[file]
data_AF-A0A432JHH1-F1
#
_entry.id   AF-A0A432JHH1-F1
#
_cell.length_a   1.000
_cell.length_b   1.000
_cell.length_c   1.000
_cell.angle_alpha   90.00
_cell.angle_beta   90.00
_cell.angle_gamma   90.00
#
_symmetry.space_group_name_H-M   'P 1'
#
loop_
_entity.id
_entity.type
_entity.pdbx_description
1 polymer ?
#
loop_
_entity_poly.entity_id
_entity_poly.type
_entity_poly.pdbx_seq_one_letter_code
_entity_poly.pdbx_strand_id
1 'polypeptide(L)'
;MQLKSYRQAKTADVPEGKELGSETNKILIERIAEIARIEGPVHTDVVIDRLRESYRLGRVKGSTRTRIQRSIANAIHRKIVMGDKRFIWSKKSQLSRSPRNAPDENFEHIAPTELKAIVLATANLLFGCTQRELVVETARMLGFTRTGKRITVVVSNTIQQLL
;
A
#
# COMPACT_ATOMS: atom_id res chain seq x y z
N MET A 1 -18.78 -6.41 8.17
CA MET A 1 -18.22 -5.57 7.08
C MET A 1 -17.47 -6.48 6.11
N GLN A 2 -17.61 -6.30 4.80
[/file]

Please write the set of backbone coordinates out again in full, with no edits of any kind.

data_AF-A0A432JHH1-F1
#
_entry.id   AF-A0A432JHH1-F1
#
_cell.length_a   1.000
_cell.length_b   1.000
_cell.length_c   1.000
_cell.angle_alpha   90.00
_cell.angle_beta   90.00
_cell.angle_gamma   90.00
#
_symmetry.space_group_name_H-M   'P 1'
#
loop_
_entity.id
_entity.type
_entity.pdbx_description
1 polymer ?
#
loop_
_entity_poly.entity_id
_entity_poly.type
_entity_poly.pdbx_seq_one_letter_code
_entity_poly.pdbx_strand_id
1 'polypeptide(L)'
;MQLKSYRQAKTADVPEGKELGSETNKILIERIAEIARIEGPVHTDVVIDRLRESYRLGRVKGSTRTRIQRSIANAIHRKIVMGDKRFIWSKKSQLSRSPRNAPDENFEHIAPTELKAIVLATANLLFGCTQRELVVETARMLGFTRTGKRITVVVSNTIQQLL
;
A
#
# COMPACT_ATOMS: atom_id res chain seq x y z
N MET A 1 -18.78 -6.41 8.17
CA MET A 1 -18.22 -5.57 7.08
C MET A 1 -17.47 -6.48 6.11
N GLN A 2 -17.61 -6.30 4.80